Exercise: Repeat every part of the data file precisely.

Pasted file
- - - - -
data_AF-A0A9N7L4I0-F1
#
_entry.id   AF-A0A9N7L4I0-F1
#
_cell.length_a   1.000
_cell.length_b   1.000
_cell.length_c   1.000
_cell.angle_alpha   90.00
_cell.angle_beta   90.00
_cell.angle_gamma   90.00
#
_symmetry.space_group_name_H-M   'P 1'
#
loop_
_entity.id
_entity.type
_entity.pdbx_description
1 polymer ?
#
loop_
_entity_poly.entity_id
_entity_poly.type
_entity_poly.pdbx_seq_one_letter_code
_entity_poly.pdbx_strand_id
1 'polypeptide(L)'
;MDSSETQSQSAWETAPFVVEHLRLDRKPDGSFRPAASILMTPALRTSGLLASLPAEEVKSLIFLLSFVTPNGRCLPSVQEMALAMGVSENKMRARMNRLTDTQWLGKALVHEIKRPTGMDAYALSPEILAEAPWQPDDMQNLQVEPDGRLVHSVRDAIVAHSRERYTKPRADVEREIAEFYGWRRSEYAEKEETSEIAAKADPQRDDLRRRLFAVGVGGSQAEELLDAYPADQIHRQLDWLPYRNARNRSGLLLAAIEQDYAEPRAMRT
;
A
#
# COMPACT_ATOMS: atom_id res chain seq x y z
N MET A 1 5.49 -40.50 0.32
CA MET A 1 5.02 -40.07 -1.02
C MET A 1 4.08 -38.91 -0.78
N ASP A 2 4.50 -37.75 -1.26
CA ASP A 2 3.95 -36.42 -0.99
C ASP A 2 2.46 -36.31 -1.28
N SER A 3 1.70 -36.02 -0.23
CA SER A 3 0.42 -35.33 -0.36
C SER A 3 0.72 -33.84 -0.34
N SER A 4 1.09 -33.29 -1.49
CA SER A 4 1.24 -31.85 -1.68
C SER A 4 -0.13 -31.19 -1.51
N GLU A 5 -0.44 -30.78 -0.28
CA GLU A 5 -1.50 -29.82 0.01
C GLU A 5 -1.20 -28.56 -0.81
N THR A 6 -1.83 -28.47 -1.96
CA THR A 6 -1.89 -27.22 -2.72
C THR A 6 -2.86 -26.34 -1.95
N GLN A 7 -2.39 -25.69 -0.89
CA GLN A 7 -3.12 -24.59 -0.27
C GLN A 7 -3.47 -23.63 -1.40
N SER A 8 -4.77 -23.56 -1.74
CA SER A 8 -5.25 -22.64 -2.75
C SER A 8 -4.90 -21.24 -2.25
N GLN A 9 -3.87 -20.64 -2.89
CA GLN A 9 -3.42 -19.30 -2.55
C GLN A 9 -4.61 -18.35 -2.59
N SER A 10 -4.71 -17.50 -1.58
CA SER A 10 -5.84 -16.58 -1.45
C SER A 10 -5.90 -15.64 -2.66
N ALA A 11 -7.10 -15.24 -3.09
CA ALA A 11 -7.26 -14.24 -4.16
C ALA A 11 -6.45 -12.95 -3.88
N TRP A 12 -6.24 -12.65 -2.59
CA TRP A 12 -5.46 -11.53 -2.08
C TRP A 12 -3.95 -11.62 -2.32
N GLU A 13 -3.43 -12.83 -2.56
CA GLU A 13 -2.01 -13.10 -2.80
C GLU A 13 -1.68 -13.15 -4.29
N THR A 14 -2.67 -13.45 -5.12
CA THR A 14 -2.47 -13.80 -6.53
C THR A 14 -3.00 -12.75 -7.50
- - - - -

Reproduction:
data_AF-A0A9N7L4I0-F1
#
_entry.id   AF-A0A9N7L4I0-F1
#
_cell.length_a   1.000
_cell.length_b   1.000
_cell.length_c   1.000
_cell.angle_alpha   90.00
_cell.angle_beta   90.00
_cell.angle_gamma   90.00
#
_symmetry.space_group_name_H-M   'P 1'
#
loop_
_entity.id
_entity.type
_entity.pdbx_description
1 polymer ?
#
loop_
_entity_poly.entity_id
_entity_poly.type
_entity_poly.pdbx_seq_one_letter_code
_entity_poly.pdbx_strand_id
1 'polypeptide(L)'
;MDSSETQSQSAWETAPFVVEHLRLDRKPDGSFRPAASILMTPALRTSGLLASLPAEEVKSLIFLLSFVTPNGRCLPSVQEMALAMGVSENKMRARMNRLTDTQWLGKALVHEIKRPTGMDAYALSPEILAEAPWQPDDMQNLQVEPDGRLVHSVRDAIVAHSRERYTKPRADVEREIAEFYGWRRSEYAEKEETSEIAAKADPQRDDLRRRLFAVGVGGSQAEELLDAYPADQIHRQLDWLPYRNARNRSGLLLAAIEQDYAEPRAMRT
;
A
#
# COMPACT_ATOMS: atom_id res chain seq x y z
N MET A 1 5.49 -40.50 0.32
CA MET A 1 5.02 -40.07 -1.02
C MET A 1 4.08 -38.91 -0.78
N ASP A 2 4.50 -37.75 -1.26
CA ASP A 2 3.95 -36.42 -0.99
C ASP A 2 2.46 -36.31 -1.28
N SER A 3 1.70 -36.02 -0.23
CA SER A 3 0.42 -35.33 -0.36
C SER A 3 0.72 -33.84 -0.34
N SER A 4 1.09 -33.29 -1.49
CA SER A 4 1.24 -31.85 -1.68
C SER A 4 -0.13 -31.19 -1.51
N GLU A 5 -0.44 -30.78 -0.28
CA GLU A 5 -1.50 -29.82 0.01
C GLU A 5 -1.20 -28.56 -0.81
N THR A 6 -1.83 -28.47 -1.96
CA THR A 6 -1.89 -27.22 -2.72
C THR A 6 -2.86 -26.34 -1.95
N GLN A 7 -2.39 -25.69 -0.89
CA GLN A 7 -3.12 -24.59 -0.27
C GLN A 7 -3.47 -23.63 -1.40
N SER A 8 -4.77 -23.56 -1.74
CA SER A 8 -5.25 -22.64 -2.75
C SER A 8 -4.90 -21.24 -2.25
N GLN A 9 -3.87 -20.64 -2.89
CA GLN A 9 -3.42 -19.30 -2.55
C GLN A 9 -4.61 -18.35 -2.59
N SER A 10 -4.71 -17.50 -1.58
CA SER A 10 -5.84 -16.58 -1.45
C SER A 10 -5.90 -15.64 -2.66
N ALA A 11 -7.10 -15.24 -3.09
CA ALA A 11 -7.26 -14.24 -4.16
C ALA A 11 -6.45 -12.95 -3.88
N TRP A 12 -6.24 -12.65 -2.59
CA TRP A 12 -5.46 -11.53 -2.08
C TRP A 12 -3.95 -11.62 -2.32
N GLU A 13 -3.43 -12.83 -2.56
CA GLU A 13 -2.01 -13.10 -2.80
C GLU A 13 -1.68 -13.15 -4.29
N THR A 14 -2.67 -13.45 -5.12
CA THR A 14 -2.47 -13.80 -6.53
C THR A 14 -3.00 -12.75 -7.50